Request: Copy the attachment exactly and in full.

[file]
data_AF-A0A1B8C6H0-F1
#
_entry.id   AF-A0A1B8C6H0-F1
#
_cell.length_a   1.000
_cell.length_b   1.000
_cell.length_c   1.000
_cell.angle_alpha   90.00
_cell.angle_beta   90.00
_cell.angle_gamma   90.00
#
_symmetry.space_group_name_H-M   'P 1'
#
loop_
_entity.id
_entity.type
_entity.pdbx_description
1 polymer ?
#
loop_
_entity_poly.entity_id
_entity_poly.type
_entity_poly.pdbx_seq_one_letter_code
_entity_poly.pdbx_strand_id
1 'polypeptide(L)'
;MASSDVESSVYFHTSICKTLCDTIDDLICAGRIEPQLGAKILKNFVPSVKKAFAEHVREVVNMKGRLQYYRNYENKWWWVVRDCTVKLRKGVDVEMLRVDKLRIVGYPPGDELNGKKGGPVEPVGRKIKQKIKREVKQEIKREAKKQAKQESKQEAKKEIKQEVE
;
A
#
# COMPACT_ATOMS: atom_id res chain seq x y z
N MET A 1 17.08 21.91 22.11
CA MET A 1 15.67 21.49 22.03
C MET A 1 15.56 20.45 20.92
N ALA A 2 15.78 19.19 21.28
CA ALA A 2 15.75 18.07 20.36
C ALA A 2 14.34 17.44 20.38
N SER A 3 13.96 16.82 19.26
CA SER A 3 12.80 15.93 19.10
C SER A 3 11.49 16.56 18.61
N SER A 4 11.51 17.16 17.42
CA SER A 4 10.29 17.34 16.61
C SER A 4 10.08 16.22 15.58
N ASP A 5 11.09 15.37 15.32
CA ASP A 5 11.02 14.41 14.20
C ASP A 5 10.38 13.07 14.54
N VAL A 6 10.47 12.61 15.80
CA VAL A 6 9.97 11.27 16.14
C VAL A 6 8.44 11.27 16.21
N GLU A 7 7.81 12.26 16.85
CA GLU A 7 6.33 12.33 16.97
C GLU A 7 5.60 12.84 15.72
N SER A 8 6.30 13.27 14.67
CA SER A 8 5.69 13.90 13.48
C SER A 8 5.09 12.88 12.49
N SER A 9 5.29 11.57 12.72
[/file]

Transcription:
data_AF-A0A1B8C6H0-F1
#
_entry.id   AF-A0A1B8C6H0-F1
#
_cell.length_a   1.000
_cell.length_b   1.000
_cell.length_c   1.000
_cell.angle_alpha   90.00
_cell.angle_beta   90.00
_cell.angle_gamma   90.00
#
_symmetry.space_group_name_H-M   'P 1'
#
loop_
_entity.id
_entity.type
_entity.pdbx_description
1 polymer ?
#
loop_
_entity_poly.entity_id
_entity_poly.type
_entity_poly.pdbx_seq_one_letter_code
_entity_poly.pdbx_strand_id
1 'polypeptide(L)'
;MASSDVESSVYFHTSICKTLCDTIDDLICAGRIEPQLGAKILKNFVPSVKKAFAEHVREVVNMKGRLQYYRNYENKWWWVVRDCTVKLRKGVDVEMLRVDKLRIVGYPPGDELNGKKGGPVEPVGRKIKQKIKREVKQEIKREAKKQAKQESKQEAKKEIKQEVE
;
A
#
# COMPACT_ATOMS: atom_id res chain seq x y z
N MET A 1 17.08 21.91 22.11
CA MET A 1 15.67 21.49 22.03
C MET A 1 15.56 20.45 20.92
N ALA A 2 15.78 19.19 21.28
CA ALA A 2 15.75 18.07 20.36
C ALA A 2 14.34 17.44 20.38
N SER A 3 13.96 16.82 19.26
CA SER A 3 12.80 15.93 19.10
C SER A 3 11.49 16.56 18.61
N SER A 4 11.51 17.16 17.42
CA SER A 4 10.29 17.34 16.61
C SER A 4 10.08 16.22 15.58
N ASP A 5 11.09 15.37 15.32
CA ASP A 5 11.02 14.41 14.20
C ASP A 5 10.38 13.07 14.54
N VAL A 6 10.47 12.61 15.80
CA VAL A 6 9.97 11.27 16.14
C VAL A 6 8.44 11.27 16.21
N GLU A 7 7.81 12.26 16.85
CA GLU A 7 6.33 12.33 16.97
C GLU A 7 5.60 12.84 15.72
N SER A 8 6.30 13.27 14.67
CA SER A 8 5.69 13.90 13.48
C SER A 8 5.09 12.88 12.49
N SER A 9 5.29 11.57 12.72